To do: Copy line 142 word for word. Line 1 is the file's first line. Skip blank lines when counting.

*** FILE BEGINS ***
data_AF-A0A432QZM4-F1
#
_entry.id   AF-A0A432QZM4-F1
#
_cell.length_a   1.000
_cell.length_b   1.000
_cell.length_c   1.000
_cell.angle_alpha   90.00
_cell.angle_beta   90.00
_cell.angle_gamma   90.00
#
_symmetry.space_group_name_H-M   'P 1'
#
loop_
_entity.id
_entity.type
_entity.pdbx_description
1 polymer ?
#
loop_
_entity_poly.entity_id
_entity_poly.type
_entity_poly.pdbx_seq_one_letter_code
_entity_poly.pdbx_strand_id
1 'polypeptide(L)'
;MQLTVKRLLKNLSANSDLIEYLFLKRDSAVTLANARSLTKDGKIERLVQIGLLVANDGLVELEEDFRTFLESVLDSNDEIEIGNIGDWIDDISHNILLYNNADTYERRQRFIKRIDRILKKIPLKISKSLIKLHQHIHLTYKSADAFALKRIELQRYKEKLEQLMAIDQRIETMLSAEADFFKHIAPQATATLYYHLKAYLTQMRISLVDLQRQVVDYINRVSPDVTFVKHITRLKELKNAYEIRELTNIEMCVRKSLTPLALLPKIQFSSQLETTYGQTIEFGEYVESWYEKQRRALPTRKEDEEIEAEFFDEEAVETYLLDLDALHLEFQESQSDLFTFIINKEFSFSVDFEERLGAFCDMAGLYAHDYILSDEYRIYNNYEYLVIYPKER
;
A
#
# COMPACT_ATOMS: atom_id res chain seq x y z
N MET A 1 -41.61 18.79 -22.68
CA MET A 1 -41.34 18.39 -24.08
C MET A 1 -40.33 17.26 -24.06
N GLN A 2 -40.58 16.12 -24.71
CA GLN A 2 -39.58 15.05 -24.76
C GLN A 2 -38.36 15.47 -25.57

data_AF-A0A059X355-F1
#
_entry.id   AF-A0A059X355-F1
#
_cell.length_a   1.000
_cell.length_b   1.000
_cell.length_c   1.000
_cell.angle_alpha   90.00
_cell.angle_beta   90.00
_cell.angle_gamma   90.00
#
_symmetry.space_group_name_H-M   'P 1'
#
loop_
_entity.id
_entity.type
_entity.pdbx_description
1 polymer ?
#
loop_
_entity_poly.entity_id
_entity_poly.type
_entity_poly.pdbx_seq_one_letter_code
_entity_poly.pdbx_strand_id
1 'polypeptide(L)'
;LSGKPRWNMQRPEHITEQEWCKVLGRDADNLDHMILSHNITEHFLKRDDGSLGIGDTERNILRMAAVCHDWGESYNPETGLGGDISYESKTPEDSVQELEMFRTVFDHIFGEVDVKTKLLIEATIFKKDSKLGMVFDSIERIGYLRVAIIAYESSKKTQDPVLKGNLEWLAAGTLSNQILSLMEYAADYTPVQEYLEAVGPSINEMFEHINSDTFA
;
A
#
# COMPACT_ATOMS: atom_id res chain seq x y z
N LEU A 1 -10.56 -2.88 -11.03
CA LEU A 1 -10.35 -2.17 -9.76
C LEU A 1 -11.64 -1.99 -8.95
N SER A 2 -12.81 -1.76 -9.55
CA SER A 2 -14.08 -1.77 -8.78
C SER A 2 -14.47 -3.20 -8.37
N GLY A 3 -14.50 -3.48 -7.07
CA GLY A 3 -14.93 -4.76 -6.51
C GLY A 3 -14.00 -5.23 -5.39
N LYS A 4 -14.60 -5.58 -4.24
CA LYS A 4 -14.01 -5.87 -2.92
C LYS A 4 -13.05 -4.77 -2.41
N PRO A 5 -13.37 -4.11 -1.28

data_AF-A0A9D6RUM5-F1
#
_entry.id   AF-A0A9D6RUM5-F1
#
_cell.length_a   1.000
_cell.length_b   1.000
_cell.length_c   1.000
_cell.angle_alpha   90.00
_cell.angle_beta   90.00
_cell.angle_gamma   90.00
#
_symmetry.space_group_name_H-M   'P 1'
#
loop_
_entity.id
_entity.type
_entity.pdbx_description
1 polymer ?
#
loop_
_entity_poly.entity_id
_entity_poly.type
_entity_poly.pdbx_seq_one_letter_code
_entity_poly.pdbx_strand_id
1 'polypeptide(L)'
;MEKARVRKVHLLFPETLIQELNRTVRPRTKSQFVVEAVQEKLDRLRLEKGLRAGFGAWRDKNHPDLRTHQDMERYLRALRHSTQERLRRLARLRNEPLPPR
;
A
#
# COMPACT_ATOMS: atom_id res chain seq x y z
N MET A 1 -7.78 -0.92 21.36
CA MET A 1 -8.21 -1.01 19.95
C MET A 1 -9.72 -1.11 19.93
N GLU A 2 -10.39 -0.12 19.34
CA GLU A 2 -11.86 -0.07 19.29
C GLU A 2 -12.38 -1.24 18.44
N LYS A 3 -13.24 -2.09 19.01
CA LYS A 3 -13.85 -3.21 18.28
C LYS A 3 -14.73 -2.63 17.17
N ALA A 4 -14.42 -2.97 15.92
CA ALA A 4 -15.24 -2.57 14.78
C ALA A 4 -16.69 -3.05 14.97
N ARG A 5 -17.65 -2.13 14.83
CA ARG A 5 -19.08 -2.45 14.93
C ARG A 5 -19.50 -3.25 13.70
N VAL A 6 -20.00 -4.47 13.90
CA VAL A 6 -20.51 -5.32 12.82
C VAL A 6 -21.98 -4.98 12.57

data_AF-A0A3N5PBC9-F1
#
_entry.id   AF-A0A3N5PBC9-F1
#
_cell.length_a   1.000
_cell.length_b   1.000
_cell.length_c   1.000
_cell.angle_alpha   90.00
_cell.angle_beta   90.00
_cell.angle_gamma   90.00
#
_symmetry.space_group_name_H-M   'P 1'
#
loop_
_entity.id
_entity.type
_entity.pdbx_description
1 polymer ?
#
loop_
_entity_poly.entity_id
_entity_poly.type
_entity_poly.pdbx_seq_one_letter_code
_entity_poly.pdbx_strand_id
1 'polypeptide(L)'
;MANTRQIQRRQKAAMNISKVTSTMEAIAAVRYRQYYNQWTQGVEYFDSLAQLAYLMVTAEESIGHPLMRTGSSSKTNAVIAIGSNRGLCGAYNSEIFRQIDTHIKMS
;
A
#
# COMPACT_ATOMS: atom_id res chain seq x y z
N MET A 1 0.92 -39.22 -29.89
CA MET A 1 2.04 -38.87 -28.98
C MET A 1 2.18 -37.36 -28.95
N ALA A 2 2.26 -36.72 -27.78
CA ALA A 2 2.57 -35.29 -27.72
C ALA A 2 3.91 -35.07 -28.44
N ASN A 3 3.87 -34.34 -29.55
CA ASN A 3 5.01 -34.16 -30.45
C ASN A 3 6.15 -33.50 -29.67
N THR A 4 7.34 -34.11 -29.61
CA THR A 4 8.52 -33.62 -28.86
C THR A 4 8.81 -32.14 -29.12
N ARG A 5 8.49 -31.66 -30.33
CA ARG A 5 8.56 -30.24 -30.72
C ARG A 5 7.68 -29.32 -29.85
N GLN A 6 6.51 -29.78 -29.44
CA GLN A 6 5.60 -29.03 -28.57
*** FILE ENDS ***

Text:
_entity.id